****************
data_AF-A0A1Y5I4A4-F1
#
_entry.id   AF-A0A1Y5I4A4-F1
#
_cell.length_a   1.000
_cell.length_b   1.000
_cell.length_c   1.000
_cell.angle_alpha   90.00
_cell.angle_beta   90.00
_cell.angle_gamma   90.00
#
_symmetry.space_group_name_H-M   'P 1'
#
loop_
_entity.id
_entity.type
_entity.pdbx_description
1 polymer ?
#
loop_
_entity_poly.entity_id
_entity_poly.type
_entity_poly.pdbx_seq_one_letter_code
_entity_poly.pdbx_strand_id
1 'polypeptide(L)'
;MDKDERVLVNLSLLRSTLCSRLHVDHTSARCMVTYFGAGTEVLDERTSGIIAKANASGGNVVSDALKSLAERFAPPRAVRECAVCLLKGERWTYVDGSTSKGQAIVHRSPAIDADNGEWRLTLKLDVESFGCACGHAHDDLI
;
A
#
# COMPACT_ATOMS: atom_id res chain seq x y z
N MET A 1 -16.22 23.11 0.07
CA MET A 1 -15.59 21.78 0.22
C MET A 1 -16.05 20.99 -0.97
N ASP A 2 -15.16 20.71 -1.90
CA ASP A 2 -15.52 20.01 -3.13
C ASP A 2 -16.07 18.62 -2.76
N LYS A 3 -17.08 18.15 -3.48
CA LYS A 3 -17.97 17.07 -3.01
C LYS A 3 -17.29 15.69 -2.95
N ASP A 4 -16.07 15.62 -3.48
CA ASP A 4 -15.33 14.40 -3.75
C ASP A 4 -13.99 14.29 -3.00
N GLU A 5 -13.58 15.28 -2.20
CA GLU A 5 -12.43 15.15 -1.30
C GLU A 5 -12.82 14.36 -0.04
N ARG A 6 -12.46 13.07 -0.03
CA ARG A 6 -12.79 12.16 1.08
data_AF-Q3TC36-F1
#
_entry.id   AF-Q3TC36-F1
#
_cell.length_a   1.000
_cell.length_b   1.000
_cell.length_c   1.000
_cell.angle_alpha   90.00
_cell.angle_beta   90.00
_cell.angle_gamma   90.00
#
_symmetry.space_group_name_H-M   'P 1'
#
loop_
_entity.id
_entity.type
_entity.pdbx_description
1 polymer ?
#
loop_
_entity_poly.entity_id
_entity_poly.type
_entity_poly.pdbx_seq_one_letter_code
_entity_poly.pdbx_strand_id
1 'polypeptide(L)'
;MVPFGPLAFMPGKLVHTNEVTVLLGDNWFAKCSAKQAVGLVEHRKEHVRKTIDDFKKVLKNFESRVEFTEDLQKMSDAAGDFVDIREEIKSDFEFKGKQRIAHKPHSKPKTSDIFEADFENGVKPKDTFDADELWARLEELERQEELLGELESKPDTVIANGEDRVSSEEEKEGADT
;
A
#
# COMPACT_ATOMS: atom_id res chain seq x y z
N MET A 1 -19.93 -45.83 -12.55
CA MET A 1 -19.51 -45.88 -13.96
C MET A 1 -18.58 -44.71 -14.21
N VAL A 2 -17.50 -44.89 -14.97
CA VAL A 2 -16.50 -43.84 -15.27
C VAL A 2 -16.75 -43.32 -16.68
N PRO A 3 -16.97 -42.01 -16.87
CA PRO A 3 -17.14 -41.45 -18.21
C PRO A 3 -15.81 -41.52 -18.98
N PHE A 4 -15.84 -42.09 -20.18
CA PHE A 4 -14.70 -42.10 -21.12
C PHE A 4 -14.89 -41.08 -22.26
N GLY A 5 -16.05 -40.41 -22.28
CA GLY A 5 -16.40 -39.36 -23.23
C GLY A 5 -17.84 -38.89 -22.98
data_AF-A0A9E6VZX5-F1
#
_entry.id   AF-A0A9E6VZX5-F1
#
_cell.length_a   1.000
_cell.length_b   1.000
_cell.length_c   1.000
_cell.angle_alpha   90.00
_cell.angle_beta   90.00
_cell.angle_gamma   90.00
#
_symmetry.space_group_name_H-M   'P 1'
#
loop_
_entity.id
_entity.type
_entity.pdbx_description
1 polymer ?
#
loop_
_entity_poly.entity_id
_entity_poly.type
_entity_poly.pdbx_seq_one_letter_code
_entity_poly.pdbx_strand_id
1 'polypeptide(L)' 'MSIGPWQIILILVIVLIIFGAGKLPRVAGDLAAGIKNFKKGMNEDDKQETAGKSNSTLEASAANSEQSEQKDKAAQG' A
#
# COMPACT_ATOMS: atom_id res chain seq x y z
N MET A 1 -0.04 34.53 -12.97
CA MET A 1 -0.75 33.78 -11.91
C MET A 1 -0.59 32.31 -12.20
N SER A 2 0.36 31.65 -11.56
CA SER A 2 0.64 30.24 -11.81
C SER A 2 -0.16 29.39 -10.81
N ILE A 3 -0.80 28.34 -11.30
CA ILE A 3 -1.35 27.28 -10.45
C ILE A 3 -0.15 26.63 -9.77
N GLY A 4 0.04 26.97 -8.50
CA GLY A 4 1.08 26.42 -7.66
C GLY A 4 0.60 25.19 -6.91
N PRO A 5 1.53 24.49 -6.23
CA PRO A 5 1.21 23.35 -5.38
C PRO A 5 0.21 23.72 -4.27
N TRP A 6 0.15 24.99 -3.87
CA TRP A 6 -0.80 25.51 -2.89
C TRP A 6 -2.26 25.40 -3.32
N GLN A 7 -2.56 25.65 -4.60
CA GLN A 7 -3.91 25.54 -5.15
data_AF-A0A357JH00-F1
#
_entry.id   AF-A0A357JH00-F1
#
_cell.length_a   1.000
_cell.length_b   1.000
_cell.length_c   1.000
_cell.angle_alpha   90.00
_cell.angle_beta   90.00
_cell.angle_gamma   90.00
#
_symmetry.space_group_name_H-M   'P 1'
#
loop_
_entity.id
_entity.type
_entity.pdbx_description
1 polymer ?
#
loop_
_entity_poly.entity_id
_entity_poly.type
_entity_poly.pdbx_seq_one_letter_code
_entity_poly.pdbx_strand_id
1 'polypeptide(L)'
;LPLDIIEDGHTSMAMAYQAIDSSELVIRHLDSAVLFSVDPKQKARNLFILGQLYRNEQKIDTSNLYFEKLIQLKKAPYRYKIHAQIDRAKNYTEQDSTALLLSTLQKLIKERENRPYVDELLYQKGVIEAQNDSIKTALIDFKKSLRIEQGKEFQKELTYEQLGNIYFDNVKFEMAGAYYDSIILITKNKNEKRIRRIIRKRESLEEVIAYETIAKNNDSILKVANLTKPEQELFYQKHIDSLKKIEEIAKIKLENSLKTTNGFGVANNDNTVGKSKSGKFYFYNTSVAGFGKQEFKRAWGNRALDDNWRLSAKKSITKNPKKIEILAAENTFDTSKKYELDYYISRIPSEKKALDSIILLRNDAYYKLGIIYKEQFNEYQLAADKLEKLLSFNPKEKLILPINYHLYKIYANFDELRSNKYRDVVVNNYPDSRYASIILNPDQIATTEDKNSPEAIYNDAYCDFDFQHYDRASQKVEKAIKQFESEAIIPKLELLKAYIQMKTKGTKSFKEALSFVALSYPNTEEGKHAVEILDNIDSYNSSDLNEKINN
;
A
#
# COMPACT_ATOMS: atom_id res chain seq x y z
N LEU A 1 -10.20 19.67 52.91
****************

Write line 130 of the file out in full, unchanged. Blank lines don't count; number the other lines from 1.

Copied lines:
CA GLY A 4 1.08 26.42 -7.66